Construction Industry Faces Hard 2009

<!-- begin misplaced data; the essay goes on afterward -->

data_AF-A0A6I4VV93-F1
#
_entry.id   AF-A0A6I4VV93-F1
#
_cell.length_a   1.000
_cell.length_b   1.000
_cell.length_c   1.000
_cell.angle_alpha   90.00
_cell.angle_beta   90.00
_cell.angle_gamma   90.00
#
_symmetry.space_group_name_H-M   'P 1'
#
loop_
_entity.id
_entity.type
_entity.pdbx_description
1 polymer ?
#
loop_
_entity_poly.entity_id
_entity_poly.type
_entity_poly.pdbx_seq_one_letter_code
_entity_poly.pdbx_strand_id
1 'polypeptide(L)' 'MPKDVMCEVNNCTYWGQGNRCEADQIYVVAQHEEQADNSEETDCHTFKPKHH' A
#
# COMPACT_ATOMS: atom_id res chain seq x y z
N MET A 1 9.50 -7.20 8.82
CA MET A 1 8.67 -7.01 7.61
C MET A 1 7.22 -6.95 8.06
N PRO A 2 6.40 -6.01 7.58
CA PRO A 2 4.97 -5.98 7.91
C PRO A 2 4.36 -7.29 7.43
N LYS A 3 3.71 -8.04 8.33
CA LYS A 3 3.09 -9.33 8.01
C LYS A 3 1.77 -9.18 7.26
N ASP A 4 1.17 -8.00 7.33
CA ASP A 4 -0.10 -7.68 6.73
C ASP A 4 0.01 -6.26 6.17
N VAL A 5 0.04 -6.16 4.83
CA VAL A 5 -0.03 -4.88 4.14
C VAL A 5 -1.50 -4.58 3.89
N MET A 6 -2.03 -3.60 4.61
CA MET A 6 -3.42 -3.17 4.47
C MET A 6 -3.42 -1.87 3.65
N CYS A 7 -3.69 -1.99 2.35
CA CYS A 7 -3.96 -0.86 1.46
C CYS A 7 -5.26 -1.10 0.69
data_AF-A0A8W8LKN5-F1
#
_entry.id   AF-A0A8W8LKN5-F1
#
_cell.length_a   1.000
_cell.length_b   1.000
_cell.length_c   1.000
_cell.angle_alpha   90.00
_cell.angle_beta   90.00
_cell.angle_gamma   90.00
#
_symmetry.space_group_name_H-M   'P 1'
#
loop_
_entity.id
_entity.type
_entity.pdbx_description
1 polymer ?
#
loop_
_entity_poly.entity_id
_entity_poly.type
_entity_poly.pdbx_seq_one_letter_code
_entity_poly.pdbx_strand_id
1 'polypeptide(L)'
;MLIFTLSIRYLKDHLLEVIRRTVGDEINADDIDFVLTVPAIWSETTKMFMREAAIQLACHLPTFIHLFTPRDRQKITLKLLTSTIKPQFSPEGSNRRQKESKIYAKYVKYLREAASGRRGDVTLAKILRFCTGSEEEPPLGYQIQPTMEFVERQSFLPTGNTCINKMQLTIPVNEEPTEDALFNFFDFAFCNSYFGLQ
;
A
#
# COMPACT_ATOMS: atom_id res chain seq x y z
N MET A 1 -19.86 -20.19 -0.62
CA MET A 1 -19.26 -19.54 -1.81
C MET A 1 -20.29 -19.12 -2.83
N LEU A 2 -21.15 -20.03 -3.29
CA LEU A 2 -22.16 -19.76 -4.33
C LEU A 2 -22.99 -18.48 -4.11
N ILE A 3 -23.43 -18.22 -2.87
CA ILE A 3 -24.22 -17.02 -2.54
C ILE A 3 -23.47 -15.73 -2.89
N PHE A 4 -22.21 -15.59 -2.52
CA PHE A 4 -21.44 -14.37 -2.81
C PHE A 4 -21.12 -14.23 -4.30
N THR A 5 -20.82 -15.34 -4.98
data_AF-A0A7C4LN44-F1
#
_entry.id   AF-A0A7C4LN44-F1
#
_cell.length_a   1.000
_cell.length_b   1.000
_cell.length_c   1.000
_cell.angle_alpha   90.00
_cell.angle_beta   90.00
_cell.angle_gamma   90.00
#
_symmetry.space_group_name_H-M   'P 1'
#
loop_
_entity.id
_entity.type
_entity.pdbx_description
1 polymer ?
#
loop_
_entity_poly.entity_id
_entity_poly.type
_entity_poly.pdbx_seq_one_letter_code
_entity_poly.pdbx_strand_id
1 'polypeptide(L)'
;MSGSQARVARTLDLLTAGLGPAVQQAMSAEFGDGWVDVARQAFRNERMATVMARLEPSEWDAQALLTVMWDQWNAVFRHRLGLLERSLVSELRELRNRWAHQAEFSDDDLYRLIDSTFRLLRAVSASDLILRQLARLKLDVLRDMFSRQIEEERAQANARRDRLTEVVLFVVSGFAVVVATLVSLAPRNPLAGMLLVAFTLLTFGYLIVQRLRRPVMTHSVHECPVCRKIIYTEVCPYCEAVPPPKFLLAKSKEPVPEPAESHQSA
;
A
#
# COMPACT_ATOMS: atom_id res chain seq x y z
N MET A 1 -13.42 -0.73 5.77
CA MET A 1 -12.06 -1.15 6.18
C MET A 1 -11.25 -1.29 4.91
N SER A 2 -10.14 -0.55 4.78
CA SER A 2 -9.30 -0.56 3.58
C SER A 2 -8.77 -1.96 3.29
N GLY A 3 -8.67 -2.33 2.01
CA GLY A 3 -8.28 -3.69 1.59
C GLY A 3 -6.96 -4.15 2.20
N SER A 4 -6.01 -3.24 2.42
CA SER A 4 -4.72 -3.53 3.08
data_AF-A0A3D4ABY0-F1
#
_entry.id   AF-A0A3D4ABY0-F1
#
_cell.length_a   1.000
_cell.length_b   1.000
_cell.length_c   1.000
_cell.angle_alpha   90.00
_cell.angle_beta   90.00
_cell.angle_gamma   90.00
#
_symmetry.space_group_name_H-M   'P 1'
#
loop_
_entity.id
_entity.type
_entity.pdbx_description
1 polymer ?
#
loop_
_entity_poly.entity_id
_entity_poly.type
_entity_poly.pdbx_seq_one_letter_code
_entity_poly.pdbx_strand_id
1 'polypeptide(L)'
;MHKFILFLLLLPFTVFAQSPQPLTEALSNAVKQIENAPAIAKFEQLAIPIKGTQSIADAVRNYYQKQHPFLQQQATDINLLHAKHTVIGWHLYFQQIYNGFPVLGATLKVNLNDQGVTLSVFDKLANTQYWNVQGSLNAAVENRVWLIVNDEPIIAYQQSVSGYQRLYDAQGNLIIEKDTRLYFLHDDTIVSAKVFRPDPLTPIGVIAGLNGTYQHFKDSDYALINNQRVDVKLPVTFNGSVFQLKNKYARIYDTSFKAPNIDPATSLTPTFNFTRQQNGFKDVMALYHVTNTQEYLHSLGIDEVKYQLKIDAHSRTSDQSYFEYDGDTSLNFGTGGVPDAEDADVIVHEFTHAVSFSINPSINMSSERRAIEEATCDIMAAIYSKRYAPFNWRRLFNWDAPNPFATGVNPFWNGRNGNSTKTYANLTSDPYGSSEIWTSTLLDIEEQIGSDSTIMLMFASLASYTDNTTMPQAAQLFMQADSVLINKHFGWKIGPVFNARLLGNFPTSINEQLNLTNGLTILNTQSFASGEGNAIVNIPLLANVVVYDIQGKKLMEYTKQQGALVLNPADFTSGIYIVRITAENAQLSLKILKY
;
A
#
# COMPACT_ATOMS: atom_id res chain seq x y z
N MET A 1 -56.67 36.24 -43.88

The equity markets dropped considerably Monday morning, but then yo-yoed around for the rest of the day–small fluctuations, really–and ended up slightly down, for the first time in four trading sessions and the first time this year. The Dow Jones index dropped 76.7 points, or 0.85 percent, while the S&P 500 dropped 0.35 percent and the Nasdaq lost 0.49 percent. Investors might be buying stocks (sometimes), but consumers aren’t buying so many cars. In December, sales of GM cars were down 31 percent compared with the same month last year, while Ford sales were down 32 percent. Toyota suffered a 37 percent sale decline for the period and Chrysler’s sales slumped a whopping 53 percent. Spending on construction projects in the United States dropped in November, according to the U.S. Department of Commerce, but not as much as analysts had forecast. The aggregate drop, for all kinds of construction, was 0.6 percent compared with October. A Reuters poll had predicted the drop would be 1.3 percent, while a Bloomberg survey expected a 1.4 percent drop. In October, construction dropped by 0.4 percent for the month–a revised figure, replacing the original 1.2 percent that the Commerce Department reported earlier. What’s keeping the construction business from a deeper contraction, at least for now? Federal spending on such projects, for one thing, which was up 6 percent in November, representing an informal federal stimulus already under way. Even state and local governments, strapped for cash as they are, spent 1 percent more on construction during November than the month before. “Public spending on construction projects, especially by the federal government, is bound to grow even further as part of the new administration’s stimulus package,” Ken Mayland, president of ClearView Economics L.L.C., told CPN. “That will likely be the construction industry’s only saving grace in 2009.” The November uptick in nonresidential private construction (0.7 percent), Mayland added, doesn’t represent lasting improvement in that side of the business, since the commercial property construction pipeline will be emptying out in 2009. “Even in absence of the credit crunch, there would be a downturn in commercial construction,” he said. “The credit situation is making it that much worse. I expect a hard landing for commercial construction this year.” Residential construction dropped about 4.2 percent in November, and is down 23.4 percent from the same month in 2007. That’s a significant slide, Mayland said, but he also posited that such precipitous declines aren’t going to go on too much longer. “I’m not saying the residential construction market will be healthy anytime soon, but it’s possible we might see the bottom in 2009.”